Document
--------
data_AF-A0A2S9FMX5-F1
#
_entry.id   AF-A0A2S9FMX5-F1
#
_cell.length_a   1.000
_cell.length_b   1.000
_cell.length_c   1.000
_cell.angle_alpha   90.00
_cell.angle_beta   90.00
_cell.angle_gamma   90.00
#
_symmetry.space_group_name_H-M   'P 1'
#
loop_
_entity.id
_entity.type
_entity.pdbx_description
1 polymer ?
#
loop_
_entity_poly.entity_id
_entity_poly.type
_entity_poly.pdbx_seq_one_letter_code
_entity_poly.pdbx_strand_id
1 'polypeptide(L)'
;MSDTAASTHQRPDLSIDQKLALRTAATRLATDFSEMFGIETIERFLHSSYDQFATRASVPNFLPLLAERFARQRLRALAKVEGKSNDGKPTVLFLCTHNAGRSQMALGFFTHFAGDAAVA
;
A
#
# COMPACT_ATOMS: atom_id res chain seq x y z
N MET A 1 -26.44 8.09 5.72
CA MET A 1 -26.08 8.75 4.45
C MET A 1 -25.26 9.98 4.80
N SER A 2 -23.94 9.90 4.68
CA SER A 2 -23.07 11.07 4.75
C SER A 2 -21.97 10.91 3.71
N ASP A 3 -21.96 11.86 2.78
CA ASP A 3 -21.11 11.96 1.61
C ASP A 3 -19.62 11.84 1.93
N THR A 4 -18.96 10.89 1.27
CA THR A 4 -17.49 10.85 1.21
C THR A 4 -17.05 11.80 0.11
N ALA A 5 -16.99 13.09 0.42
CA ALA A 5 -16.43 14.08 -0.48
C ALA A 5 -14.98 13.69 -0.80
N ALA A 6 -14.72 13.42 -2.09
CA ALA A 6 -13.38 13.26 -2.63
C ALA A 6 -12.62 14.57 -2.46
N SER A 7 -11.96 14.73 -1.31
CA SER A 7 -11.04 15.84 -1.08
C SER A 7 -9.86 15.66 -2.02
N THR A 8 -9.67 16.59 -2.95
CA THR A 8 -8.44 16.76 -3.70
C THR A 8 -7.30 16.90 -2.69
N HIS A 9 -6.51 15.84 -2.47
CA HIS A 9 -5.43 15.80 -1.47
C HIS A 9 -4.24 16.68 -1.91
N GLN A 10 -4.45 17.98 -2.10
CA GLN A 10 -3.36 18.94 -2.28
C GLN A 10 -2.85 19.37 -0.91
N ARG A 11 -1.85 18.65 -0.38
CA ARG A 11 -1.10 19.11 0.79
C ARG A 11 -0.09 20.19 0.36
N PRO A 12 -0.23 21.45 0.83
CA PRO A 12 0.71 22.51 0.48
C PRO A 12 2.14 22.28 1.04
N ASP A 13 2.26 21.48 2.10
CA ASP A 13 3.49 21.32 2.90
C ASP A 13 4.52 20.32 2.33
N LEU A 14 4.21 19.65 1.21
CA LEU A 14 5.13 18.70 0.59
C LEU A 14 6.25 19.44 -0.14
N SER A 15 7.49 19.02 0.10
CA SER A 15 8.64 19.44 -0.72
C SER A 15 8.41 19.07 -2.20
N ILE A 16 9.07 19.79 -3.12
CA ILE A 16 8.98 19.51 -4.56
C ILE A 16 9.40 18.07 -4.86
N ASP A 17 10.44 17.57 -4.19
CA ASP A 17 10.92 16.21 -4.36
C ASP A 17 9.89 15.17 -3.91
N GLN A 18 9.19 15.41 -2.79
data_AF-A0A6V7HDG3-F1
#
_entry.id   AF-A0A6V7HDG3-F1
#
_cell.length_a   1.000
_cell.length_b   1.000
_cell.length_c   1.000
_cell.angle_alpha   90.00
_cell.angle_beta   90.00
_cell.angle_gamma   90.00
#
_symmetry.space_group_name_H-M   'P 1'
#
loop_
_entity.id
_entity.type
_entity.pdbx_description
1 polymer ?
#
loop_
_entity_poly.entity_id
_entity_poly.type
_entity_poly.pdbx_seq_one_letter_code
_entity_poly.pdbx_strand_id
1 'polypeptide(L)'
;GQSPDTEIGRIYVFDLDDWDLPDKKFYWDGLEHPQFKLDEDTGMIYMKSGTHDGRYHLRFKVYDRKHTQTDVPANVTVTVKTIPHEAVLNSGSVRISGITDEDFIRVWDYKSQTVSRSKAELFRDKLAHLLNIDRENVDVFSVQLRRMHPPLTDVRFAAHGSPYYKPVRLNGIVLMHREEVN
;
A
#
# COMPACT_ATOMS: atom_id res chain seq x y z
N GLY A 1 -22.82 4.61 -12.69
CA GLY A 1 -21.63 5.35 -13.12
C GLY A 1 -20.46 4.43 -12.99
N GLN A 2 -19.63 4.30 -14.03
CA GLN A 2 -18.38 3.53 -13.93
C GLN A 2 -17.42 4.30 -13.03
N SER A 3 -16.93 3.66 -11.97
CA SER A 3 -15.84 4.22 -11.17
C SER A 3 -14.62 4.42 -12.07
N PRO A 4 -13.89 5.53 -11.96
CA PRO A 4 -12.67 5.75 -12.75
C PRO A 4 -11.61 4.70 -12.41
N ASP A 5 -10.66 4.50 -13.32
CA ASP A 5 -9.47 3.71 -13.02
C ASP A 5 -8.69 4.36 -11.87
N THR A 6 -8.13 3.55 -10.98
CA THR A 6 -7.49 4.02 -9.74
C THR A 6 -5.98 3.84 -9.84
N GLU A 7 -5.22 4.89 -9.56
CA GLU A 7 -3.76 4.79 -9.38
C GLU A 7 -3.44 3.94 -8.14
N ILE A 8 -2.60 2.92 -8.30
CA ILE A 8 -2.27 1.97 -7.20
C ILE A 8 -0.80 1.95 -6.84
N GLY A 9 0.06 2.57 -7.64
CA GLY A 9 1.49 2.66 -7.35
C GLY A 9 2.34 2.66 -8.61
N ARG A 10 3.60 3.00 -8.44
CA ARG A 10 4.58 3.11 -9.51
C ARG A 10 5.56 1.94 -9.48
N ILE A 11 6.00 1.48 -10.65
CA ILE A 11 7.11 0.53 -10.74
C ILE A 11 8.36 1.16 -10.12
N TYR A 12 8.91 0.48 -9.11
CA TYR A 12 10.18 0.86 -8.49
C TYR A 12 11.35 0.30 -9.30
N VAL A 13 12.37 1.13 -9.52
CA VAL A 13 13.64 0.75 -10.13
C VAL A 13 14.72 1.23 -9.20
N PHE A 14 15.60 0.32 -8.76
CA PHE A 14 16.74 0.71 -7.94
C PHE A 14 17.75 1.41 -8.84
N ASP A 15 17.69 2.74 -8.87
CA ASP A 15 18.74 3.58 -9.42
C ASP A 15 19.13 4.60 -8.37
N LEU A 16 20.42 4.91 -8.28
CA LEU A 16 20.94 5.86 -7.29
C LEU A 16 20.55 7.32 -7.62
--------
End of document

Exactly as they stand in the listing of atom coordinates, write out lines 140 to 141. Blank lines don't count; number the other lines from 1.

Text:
N ARG A 10 3.60 3.00 -8.44
CA ARG A 10 4.58 3.11 -9.51